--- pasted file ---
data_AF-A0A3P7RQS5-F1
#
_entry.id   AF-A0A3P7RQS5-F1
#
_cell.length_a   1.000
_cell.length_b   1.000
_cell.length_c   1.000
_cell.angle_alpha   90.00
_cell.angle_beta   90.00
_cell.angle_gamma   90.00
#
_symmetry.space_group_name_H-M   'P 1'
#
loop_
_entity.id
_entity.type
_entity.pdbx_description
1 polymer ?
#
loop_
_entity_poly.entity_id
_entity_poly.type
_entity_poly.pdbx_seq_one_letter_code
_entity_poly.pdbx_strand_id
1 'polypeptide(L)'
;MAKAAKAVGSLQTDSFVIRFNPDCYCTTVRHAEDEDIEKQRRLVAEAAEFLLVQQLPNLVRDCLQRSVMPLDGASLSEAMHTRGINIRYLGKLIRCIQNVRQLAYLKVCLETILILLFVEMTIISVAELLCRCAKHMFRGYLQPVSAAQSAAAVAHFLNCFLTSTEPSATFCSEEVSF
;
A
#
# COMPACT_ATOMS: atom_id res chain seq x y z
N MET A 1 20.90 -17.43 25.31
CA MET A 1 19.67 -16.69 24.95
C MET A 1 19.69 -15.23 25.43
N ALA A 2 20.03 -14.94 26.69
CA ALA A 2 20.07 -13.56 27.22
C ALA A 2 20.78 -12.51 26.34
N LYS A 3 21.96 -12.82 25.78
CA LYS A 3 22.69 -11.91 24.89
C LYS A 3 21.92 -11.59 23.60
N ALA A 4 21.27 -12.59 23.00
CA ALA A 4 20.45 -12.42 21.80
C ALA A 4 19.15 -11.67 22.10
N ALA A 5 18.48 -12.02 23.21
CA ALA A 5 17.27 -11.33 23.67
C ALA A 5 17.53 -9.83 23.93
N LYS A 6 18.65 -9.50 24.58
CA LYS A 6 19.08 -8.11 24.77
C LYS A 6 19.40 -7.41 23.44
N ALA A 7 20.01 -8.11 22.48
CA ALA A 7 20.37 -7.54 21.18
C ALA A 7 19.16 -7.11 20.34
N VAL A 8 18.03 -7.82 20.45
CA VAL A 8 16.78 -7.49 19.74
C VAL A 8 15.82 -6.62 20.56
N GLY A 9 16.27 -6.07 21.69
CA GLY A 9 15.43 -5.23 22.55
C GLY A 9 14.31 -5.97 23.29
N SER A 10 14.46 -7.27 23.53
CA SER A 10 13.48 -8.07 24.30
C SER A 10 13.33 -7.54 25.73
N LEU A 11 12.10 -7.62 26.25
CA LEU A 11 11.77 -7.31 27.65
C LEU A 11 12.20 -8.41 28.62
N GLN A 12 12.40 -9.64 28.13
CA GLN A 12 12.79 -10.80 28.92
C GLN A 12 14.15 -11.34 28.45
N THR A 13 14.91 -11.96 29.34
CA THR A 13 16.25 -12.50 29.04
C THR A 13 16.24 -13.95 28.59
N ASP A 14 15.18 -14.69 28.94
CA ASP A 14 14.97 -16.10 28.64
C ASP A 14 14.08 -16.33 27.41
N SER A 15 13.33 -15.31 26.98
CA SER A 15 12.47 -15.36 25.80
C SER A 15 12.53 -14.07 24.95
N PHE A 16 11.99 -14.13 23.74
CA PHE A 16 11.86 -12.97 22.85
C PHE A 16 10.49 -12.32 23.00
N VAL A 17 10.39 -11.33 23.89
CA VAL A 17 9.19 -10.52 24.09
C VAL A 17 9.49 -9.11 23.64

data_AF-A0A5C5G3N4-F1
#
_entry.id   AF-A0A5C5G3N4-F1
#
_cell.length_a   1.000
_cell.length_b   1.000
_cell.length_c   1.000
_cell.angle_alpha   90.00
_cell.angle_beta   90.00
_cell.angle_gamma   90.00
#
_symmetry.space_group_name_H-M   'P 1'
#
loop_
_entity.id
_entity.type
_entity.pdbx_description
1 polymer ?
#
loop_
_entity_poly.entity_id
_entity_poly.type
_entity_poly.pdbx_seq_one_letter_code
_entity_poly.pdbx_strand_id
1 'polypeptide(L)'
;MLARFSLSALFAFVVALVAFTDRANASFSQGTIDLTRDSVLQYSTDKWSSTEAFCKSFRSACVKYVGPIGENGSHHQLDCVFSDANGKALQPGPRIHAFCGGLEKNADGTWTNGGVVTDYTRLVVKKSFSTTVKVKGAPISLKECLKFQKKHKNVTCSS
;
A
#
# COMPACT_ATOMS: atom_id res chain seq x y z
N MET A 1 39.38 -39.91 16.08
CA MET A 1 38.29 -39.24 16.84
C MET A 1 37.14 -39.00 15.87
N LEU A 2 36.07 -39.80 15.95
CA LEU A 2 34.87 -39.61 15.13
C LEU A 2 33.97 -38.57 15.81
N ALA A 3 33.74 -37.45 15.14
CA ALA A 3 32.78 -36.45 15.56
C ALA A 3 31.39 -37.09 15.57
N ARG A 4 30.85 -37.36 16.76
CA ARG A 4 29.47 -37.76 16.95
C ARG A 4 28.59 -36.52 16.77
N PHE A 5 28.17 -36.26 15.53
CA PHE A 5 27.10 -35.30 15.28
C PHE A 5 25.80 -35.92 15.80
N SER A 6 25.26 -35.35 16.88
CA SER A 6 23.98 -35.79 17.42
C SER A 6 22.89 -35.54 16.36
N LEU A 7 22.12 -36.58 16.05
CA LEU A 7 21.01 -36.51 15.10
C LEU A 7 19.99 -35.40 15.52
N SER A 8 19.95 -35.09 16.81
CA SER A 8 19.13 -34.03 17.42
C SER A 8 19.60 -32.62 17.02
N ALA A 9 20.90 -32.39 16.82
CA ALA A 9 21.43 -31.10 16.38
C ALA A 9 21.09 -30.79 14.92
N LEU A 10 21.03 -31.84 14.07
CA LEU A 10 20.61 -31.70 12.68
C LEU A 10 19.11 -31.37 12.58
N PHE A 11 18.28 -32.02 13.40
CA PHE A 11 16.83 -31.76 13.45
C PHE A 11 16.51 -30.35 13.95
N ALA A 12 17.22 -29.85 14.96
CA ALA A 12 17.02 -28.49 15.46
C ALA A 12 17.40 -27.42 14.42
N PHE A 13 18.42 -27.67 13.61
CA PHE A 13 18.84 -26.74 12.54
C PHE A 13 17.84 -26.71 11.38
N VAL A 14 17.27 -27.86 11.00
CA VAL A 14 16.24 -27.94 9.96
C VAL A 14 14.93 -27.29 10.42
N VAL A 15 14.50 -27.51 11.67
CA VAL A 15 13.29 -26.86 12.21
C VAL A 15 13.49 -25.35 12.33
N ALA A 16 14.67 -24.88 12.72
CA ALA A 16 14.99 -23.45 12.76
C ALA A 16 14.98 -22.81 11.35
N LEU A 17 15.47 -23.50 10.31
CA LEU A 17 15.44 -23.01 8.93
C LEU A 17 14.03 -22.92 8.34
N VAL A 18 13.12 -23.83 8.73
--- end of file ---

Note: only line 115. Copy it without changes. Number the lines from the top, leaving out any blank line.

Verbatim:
N LEU A 2 36.07 -39.80 15.95